The literacy rate for the total population in India has increased from 52.21% to 64.84% during the period from 1991 to 2001 whereas the literacy rate among the Scheduled tribes have increased from 29.60% to only 47.10%. Among ST males literacy increased from 40.65% to 59.17% and among ST female literacy increased from 18.19% to 34.76% during the same period. The ST female literacy is lower by approximately 21 percentage point as compared to the overall female literacy of the general population.
State literacy rate in 1991 was 60.4% and tribal literacy rate was 40.4% with a gap of 20. State literacy rate in 2001 is 73.2% and tribal literacy rate is 56.5% with a gap of 16.7. Total population of the state increased from 2,757,205 in 1991 to 3,199,203 in 2001 where as ST population increased from 853,345 in 1991 to 993,426 (which is 31.1 % of total state population) in 2001. There has been further progress since 2001. Data from the NFHS-3 conducted in 2005–06 show an overall literacy rate of 80.2 per cent for the population aged 6 and above, with literacy rates of 90.3 per cent and 78.3 per cent in urban and rural areas respectively.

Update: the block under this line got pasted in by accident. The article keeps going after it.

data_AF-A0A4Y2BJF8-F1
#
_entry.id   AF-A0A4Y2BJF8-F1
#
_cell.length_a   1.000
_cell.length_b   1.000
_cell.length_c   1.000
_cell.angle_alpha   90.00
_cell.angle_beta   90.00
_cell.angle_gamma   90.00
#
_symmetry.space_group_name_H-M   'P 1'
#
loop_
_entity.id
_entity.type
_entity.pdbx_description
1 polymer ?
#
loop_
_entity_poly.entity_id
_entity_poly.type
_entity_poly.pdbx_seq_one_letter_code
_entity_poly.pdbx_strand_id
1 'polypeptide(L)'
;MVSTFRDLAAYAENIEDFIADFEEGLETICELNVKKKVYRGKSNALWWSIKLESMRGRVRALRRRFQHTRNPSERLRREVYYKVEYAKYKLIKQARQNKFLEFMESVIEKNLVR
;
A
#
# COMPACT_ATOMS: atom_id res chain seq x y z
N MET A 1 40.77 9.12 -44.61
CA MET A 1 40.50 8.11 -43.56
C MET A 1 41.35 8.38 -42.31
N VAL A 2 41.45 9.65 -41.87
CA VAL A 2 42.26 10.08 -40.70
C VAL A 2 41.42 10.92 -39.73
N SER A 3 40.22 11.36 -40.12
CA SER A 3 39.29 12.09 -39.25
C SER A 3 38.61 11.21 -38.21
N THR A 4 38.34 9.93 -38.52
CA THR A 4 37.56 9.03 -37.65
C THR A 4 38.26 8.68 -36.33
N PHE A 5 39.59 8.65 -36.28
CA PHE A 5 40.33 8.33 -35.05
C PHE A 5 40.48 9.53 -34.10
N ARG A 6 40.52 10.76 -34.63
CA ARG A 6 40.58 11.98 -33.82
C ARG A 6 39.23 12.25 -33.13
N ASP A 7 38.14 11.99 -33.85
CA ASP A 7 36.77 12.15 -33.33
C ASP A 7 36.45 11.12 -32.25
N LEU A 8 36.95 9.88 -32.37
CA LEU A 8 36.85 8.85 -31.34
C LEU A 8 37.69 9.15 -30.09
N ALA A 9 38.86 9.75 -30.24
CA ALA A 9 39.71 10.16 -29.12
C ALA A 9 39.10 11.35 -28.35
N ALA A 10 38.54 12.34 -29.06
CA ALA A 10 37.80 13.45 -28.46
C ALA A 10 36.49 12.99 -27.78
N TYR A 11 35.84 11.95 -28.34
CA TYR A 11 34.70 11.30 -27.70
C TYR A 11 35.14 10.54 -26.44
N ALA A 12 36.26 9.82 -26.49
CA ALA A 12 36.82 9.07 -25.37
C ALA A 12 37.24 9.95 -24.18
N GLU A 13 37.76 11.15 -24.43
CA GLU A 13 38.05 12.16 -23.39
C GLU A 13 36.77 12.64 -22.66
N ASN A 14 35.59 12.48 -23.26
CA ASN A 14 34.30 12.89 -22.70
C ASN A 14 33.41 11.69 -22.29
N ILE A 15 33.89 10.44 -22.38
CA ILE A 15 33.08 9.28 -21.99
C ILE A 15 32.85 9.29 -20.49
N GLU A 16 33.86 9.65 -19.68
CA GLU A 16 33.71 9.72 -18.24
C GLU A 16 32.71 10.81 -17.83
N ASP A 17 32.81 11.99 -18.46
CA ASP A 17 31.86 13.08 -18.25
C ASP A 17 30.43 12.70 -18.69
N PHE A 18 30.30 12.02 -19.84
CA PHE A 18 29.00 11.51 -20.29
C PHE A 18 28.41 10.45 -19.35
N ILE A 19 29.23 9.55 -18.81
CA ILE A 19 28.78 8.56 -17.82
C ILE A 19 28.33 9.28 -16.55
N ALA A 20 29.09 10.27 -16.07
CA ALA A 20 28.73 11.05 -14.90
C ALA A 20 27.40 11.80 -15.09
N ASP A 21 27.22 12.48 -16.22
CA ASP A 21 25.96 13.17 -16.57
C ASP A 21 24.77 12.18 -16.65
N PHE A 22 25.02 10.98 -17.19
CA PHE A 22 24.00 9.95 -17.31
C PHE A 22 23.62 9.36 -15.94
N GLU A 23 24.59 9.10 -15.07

This statistics along with all the health statistics clearly indicate that there is relation between the population explosion and health with higher education which is not encouraging for the tribes in comparison to the general population of the state.
It is evident from the above discussions that tribal populations are affected by various social, economic and developmental constraints that potentially expose them to high rates of malnutrition and health problems which is correlated with the lower percentage of higher education of the community. The tribal of India are heterogeneous. Although scheduled tribes are accorded special status under the fifth/sixth schedules of the Indian Constitution, their status on the whole, especially their health still remains unsatisfactory. Hence, the methods to tackle their health problems should not only be multi-fold, but also specific to the individual groups as feasible as possible.
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Table 1: Demographic statistics of Tribals of NE India, 2001 Census.
Source: Annual Report 2009-10, Ministry of Tribal affairs, Govt of India available at http://tribal.nic.in/writereaddata/mainlinkFile/File1220.pdf
Table 2: Zone wise village committee & population of TTAADC , 2005- 06
Table 3: Health statistics of India, 2006s
Source: NFHS 3: 2005-06, M/o Health & Family Welfare available at http://tribal.nic.in/writereaddata/mainlinkFile/File1220.pdf
Table 4: Health Indices of Tripura, 2007
Note: TFR-Total Fertility Rate, CPR-Couple Protection Rate, IMR-Infant Mortality Rate, MMR-Maternal Mortality Rate, SRS-Sample Registration System, NFHS-National Family Health Survey.
According to the study carried out by SRS, NFHS, Census-2001, and State Population Policy-2000, except CPR all the health indices are below the national average (Table 5).
Table 5: Health indices of Tripura, 2008